A Nevada woman, on her way to a Boston court to face drug trafficking charges, was arrested for kicking and punching her Yorkshire terrier in a bathroom at South Station, MBTA Transit Police said.
Officer Preston Horton was on patrol in the South Station commuter rail lobby at 7:45 a.m. Thursday when a witness told him that a woman was badly abusing a small dog inside the women’s restroom.
“A concerned commuter came up to me and said that she saw a woman, who was changing her clothes and putting on makeup, abusing a dog,” Horton said. “She said she picked the dog up by the leash and was basically hanging the dog, then started slapping and punching the dog.”
The tiny dog, named Dolce, is a Yorkshire terrier and was wearing a pink-and-black-striped jacket, he said.
Horton called a female Transit Police officer, who was already en route to South Station, to help with the situation.
An MBTA employee left the women’s restroom and told Horton that she also saw the woman kick the dog, he said.
The female officer arrived and escorted the woman out of the bathroom, Horton said.
Ana Prado, 26, of Henderson, Nev., was arrested for animal cruelty, a felony charge that carries a maximum of five years in prison.
While Transit Police were arresting the woman, a third witness told officers that she saw the woman kick the dog and told Prado to “pick on someone her own size,” Horton said.
Prado was placed in the back of a police cruiser, while Dolce got to ride shotgun, Horton said.
“We put her [Prado] in the back of the wagon and the dog in front with the officers,” he said. “The dog seemed to be okay and jumped right into the officer’s lap.”
Prado was booked at Transit Police headquarters Thursday on the cruelty charge and arraigned in Boston Municipal Court, where she pleaded not guilty.
Prado was in Boston to appear in Suffolk Superior Court for a charge of drug trafficking. She had just arrived at Logan International Airport on a flight from Las Vegas and was changing her clothes in the South Station bathroom to look appropriate for court, Horton said.
“She was actually getting ready to head over to court,” Horton said. “What she expected to do with the dog once she got to court, I have no idea. It’s very odd.”
Prado was booked at Transit Police headquarters Thursday on the cruelty charge and arraigned in Boston Municipal Court, where she pleaded not guilty. A judge released Prado on personal recognizance but granted prosecutors’ request that the dog be surrendered to the Massachusetts Humane Society, said Jake Wark, spokesman for Suffolk District Attorney Daniel F. Conley.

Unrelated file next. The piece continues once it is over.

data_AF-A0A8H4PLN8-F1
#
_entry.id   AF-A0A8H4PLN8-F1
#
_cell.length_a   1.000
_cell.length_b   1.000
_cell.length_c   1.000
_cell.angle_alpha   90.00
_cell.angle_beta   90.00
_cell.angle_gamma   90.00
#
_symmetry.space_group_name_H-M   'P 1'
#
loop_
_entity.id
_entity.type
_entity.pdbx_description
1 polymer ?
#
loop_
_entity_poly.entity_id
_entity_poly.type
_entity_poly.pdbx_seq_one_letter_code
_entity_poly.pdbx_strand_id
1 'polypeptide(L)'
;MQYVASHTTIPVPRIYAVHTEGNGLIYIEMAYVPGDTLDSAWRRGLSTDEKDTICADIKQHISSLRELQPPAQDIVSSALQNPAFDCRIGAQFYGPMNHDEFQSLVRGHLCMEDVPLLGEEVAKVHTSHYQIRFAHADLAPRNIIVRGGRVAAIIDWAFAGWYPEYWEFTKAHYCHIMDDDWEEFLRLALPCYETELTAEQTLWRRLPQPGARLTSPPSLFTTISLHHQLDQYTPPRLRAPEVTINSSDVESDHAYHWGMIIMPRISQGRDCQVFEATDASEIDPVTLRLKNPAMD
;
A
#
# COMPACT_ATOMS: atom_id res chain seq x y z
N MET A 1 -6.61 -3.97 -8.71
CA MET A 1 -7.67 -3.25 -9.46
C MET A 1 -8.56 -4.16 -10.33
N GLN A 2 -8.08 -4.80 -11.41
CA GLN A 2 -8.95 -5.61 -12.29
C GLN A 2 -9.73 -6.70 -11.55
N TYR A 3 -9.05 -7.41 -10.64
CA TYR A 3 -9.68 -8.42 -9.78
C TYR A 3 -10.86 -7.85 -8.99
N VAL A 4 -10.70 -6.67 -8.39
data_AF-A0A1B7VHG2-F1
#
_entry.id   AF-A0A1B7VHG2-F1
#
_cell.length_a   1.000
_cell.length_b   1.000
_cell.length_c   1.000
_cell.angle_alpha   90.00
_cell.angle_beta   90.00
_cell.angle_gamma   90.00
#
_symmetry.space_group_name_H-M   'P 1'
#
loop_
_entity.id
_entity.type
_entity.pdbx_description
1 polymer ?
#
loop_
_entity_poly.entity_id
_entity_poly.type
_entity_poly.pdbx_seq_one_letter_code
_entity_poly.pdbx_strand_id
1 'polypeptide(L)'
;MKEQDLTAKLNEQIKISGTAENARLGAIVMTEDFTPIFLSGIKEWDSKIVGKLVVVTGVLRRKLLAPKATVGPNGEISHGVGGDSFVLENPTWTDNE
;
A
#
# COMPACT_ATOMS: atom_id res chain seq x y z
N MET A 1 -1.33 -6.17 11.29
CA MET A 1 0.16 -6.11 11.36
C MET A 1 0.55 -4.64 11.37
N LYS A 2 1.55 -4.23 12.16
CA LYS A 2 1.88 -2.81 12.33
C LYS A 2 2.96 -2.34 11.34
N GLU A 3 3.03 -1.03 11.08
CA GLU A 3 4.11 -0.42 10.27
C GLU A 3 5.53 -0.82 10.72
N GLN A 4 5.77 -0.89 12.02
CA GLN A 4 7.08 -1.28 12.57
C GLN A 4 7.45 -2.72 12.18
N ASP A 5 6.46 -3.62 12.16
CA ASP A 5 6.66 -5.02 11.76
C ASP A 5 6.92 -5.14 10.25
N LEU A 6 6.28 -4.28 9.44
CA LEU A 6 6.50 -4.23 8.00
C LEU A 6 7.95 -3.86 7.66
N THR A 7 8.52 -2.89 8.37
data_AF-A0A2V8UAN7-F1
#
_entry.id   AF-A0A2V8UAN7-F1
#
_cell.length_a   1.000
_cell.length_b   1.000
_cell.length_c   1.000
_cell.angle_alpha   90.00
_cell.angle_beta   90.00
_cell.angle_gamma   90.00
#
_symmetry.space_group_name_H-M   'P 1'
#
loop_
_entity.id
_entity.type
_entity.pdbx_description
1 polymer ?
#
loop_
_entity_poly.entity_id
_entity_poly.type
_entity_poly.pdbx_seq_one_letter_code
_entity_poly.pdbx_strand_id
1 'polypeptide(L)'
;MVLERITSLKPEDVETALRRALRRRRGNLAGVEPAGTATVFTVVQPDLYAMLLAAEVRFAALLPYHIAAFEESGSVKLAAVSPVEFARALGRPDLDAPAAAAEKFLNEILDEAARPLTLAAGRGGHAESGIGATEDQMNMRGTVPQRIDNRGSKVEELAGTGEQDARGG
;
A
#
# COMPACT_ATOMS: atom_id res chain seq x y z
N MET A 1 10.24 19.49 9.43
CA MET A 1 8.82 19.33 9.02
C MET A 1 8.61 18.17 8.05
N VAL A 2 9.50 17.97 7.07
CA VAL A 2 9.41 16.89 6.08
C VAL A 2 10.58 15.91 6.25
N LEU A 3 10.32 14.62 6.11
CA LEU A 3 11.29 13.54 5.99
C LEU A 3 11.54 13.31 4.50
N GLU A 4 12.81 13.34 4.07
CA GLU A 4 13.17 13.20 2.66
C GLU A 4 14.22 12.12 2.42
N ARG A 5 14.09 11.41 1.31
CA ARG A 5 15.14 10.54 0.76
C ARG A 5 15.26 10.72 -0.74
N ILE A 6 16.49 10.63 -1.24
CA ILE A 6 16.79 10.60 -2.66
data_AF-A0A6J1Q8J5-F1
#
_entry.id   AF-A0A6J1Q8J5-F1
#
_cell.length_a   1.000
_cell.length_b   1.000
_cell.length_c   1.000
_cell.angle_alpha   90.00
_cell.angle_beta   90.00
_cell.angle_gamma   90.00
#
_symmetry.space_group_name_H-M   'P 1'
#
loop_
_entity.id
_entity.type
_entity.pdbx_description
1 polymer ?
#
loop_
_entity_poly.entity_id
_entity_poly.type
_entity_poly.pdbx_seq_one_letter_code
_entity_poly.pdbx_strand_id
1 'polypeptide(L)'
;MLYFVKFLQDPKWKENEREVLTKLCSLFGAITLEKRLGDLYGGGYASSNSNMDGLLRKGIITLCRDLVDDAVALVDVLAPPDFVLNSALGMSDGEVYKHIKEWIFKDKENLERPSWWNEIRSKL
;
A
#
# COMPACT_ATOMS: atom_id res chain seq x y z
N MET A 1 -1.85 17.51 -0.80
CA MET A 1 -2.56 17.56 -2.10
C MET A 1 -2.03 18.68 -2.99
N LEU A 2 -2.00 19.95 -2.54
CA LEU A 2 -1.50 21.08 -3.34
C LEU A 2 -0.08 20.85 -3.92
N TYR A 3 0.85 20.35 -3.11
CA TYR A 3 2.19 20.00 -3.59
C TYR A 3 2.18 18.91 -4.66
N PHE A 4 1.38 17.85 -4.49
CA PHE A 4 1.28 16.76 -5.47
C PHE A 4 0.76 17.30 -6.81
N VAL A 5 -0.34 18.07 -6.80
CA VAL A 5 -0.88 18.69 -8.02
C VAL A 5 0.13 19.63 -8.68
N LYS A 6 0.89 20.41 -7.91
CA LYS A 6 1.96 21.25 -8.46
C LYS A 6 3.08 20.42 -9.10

Prado’s arraignment on the drug trafficking charge was rescheduled to Friday. She pleaded not guilty to a charge of trafficking more than 200 grams of oxycodone, Wark said.
Prado had allegedly left behind two rubber gloves full of painkillers at the Logan Airport Hyatt on Sept. 14, Wark said.
The clerk magistrate continued Prado’s bail, which Prado had posted after a previous District Court appearance, at $20,000, ordering Prado to wear a GPS monitoring device and not to leave the state without the court’s permission, Wark said.
Dolce also had a cameo role in the drug trafficking case, Wark said. Prado was concerned enough about Dolce at the time of her drug arrest to tell State Police that she had left Dolce alone in a room at the Back Bay Hilton hotel. State Police had picked up the dog with Prado’s written consent and returned the dog to Prado after her release on bail.
Prado’s attorney, Joseph Keegan, declined to comment on the charges.
Horton said he has responded to other reports of animal cruelty during his 24 years as a police officer. He has been with the Transit Police for the past 14 years and served with the Northampton police for 10 years prior. A year ago, Horton arrested a man who was observed beating a dog near the MBTA Dudley Station.
He said both incidents of animal cruelty highlighted the effectiveness of the MBTA’s “See Something? Say Something” campaign.
“We want to be approachable,” Horton said. “Here’s a dog who’s totally helpless and compassionate people saw it and brought it to our attention. That goes a long way.”
Despite her ordeal, Dolce is doing well, Horton said.
The dog was handed over to the city’s animal control officers in Roslindale and evaluated by a veterinarian, but not before she munched on a few snacks from Transit Police, he said.
“The dog was extremely lovable,” Horton said. “The officers wanted to take her for a walk and give her treats. She was pretty happy wandering our halls at headquarters.”